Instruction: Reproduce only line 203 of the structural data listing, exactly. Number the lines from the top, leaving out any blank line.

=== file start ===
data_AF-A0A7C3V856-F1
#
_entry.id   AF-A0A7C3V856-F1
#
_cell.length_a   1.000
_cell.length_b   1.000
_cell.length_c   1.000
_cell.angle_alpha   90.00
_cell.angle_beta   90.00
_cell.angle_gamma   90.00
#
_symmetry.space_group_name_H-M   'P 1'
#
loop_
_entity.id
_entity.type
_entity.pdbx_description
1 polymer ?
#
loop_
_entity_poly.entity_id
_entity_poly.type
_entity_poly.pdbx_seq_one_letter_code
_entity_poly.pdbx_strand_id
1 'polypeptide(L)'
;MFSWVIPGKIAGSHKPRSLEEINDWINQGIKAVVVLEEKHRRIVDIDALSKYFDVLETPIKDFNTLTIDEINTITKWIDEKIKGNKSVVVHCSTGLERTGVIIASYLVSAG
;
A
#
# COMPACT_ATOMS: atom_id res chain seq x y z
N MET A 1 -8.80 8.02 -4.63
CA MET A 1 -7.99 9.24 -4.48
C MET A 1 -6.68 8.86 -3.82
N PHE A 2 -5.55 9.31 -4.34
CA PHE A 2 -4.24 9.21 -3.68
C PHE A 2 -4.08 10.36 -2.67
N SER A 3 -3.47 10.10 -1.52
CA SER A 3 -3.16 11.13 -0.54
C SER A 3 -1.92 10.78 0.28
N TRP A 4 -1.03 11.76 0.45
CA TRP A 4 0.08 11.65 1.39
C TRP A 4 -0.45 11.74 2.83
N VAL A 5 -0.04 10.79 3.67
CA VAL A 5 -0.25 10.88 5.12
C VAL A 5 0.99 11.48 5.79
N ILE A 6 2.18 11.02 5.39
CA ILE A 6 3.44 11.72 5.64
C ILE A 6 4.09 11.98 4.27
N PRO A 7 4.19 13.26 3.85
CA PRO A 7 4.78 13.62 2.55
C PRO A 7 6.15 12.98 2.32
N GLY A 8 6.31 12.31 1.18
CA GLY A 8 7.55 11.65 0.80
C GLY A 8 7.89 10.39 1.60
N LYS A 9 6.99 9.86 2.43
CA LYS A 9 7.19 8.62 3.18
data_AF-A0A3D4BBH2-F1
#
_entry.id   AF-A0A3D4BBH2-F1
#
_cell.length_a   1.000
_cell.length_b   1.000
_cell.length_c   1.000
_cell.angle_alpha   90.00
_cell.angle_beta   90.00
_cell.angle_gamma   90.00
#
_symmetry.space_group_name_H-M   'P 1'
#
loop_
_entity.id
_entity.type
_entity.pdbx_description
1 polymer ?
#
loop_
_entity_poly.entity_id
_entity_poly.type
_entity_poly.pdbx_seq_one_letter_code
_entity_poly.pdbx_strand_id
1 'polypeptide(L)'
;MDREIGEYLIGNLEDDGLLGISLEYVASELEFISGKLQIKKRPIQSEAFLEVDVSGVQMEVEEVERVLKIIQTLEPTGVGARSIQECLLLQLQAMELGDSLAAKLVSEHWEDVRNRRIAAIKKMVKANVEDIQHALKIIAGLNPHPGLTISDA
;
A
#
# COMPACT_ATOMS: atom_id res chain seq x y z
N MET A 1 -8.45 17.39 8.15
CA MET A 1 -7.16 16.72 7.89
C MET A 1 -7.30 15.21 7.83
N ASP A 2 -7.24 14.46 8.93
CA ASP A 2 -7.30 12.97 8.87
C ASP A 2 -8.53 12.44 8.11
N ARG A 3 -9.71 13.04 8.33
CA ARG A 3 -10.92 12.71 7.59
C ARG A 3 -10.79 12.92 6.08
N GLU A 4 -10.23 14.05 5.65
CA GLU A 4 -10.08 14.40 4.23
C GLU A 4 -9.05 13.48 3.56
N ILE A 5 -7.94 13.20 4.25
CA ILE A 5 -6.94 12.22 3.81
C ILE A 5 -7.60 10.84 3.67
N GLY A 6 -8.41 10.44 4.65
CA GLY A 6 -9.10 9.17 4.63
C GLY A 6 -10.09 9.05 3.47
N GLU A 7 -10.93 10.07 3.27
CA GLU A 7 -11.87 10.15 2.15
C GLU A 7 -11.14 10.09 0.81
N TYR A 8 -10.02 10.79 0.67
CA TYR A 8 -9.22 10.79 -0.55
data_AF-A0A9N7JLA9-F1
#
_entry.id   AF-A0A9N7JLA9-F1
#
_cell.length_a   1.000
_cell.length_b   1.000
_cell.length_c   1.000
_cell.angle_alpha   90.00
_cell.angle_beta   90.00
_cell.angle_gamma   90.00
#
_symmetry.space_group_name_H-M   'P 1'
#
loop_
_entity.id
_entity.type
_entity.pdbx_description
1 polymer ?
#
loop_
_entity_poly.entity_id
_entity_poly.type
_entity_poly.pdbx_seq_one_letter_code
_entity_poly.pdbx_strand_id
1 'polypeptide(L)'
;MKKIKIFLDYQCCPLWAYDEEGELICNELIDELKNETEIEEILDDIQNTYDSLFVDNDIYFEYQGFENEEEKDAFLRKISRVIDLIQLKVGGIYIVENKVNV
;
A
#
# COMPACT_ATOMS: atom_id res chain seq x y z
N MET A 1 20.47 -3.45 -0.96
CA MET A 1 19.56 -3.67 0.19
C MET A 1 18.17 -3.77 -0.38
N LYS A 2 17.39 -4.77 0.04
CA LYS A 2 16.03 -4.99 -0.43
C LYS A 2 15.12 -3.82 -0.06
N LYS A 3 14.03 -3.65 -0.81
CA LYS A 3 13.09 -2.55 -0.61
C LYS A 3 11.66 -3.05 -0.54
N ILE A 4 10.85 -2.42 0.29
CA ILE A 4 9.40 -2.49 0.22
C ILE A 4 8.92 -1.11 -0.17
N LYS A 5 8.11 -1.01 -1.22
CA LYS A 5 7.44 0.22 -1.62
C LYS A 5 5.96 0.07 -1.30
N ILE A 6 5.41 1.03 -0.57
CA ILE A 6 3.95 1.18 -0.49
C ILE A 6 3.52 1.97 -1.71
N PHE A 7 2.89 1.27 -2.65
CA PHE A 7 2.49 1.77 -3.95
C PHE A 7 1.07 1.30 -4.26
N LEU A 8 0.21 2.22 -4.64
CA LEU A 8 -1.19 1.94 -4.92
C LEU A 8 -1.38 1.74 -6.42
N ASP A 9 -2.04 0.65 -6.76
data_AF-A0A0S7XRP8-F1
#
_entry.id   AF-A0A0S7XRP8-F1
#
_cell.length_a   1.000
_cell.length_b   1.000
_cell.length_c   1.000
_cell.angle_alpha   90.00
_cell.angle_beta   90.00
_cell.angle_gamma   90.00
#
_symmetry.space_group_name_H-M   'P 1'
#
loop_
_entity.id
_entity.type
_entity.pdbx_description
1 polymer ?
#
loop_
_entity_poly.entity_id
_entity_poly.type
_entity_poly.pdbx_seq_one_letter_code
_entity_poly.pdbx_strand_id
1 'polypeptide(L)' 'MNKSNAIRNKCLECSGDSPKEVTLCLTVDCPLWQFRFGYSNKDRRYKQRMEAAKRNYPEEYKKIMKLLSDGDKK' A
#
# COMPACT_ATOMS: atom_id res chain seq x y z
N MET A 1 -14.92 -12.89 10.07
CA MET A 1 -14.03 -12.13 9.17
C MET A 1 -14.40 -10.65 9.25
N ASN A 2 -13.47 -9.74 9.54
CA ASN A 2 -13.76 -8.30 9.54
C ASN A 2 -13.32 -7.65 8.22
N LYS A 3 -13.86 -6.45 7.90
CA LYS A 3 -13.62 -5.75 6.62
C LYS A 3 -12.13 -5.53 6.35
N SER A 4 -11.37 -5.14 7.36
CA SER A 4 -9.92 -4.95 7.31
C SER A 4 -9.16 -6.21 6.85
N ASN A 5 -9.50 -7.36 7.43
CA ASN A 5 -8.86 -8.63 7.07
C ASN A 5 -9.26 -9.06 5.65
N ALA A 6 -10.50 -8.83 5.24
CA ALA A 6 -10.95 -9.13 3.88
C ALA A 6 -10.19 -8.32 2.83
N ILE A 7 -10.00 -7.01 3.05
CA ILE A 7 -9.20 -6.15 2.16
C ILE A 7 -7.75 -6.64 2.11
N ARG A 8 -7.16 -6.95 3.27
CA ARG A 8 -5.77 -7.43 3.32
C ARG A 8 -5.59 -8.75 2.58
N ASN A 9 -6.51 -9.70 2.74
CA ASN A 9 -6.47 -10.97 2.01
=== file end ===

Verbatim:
C SER A 4 -9.16 -6.21 6.85